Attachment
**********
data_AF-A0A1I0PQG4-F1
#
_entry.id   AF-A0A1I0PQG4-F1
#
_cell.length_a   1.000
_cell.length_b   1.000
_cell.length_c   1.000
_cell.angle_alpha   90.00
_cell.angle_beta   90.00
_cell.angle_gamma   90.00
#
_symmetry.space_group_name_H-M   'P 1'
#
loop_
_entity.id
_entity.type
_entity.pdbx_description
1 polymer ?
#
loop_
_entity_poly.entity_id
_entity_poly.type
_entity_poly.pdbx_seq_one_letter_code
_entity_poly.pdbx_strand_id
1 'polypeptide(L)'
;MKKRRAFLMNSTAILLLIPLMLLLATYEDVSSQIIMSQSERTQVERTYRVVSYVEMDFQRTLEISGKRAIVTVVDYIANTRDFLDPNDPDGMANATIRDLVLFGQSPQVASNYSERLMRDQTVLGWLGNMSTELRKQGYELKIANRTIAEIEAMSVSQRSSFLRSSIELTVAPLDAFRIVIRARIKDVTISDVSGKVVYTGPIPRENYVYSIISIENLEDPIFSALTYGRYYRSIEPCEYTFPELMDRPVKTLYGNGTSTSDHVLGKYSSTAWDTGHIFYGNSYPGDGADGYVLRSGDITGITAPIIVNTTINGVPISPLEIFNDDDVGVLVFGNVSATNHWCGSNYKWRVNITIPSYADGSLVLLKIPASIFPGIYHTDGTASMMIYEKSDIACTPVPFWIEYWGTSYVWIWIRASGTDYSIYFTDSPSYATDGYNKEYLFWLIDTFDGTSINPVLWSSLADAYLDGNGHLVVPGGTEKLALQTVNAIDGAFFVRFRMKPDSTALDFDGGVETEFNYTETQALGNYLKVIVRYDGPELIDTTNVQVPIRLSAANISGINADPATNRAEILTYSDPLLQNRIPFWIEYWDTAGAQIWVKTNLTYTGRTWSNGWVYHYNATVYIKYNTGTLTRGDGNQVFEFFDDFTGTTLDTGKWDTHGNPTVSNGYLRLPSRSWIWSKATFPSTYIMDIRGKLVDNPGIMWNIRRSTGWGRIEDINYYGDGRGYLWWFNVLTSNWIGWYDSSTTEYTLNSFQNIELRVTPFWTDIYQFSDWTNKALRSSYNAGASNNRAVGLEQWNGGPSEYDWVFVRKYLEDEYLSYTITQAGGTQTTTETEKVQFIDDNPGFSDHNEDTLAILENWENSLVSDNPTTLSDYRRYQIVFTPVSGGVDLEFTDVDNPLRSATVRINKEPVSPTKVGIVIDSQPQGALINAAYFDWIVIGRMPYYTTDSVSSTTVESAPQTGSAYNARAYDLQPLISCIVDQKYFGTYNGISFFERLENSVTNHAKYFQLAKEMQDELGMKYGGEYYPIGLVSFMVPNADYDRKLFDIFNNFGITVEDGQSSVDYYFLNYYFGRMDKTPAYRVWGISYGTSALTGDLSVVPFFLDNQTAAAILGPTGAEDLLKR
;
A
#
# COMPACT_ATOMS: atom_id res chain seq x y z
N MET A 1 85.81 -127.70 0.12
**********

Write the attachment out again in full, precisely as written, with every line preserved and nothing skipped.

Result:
data_AF-A0A1I0PQG4-F1
#
_entry.id   AF-A0A1I0PQG4-F1
#
_cell.length_a   1.000
_cell.length_b   1.000
_cell.length_c   1.000
_cell.angle_alpha   90.00
_cell.angle_beta   90.00
_cell.angle_gamma   90.00
#
_symmetry.space_group_name_H-M   'P 1'
#
loop_
_entity.id
_entity.type
_entity.pdbx_description
1 polymer ?
#
loop_
_entity_poly.entity_id
_entity_poly.type
_entity_poly.pdbx_seq_one_letter_code
_entity_poly.pdbx_strand_id
1 'polypeptide(L)'
;MKKRRAFLMNSTAILLLIPLMLLLATYEDVSSQIIMSQSERTQVERTYRVVSYVEMDFQRTLEISGKRAIVTVVDYIANTRDFLDPNDPDGMANATIRDLVLFGQSPQVASNYSERLMRDQTVLGWLGNMSTELRKQGYELKIANRTIAEIEAMSVSQRSSFLRSSIELTVAPLDAFRIVIRARIKDVTISDVSGKVVYTGPIPRENYVYSIISIENLEDPIFSALTYGRYYRSIEPCEYTFPELMDRPVKTLYGNGTSTSDHVLGKYSSTAWDTGHIFYGNSYPGDGADGYVLRSGDITGITAPIIVNTTINGVPISPLEIFNDDDVGVLVFGNVSATNHWCGSNYKWRVNITIPSYADGSLVLLKIPASIFPGIYHTDGTASMMIYEKSDIACTPVPFWIEYWGTSYVWIWIRASGTDYSIYFTDSPSYATDGYNKEYLFWLIDTFDGTSINPVLWSSLADAYLDGNGHLVVPGGTEKLALQTVNAIDGAFFVRFRMKPDSTALDFDGGVETEFNYTETQALGNYLKVIVRYDGPELIDTTNVQVPIRLSAANISGINADPATNRAEILTYSDPLLQNRIPFWIEYWDTAGAQIWVKTNLTYTGRTWSNGWVYHYNATVYIKYNTGTLTRGDGNQVFEFFDDFTGTTLDTGKWDTHGNPTVSNGYLRLPSRSWIWSKATFPSTYIMDIRGKLVDNPGIMWNIRRSTGWGRIEDINYYGDGRGYLWWFNVLTSNWIGWYDSSTTEYTLNSFQNIELRVTPFWTDIYQFSDWTNKALRSSYNAGASNNRAVGLEQWNGGPSEYDWVFVRKYLEDEYLSYTITQAGGTQTTTETEKVQFIDDNPGFSDHNEDTLAILENWENSLVSDNPTTLSDYRRYQIVFTPVSGGVDLEFTDVDNPLRSATVRINKEPVSPTKVGIVIDSQPQGALINAAYFDWIVIGRMPYYTTDSVSSTTVESAPQTGSAYNARAYDLQPLISCIVDQKYFGTYNGISFFERLENSVTNHAKYFQLAKEMQDELGMKYGGEYYPIGLVSFMVPNADYDRKLFDIFNNFGITVEDGQSSVDYYFLNYYFGRMDKTPAYRVWGISYGTSALTGDLSVVPFFLDNQTAAAILGPTGAEDLLKR
;
A
#
# COMPACT_ATOMS: atom_id res chain seq x y z
N MET A 1 85.81 -127.70 0.12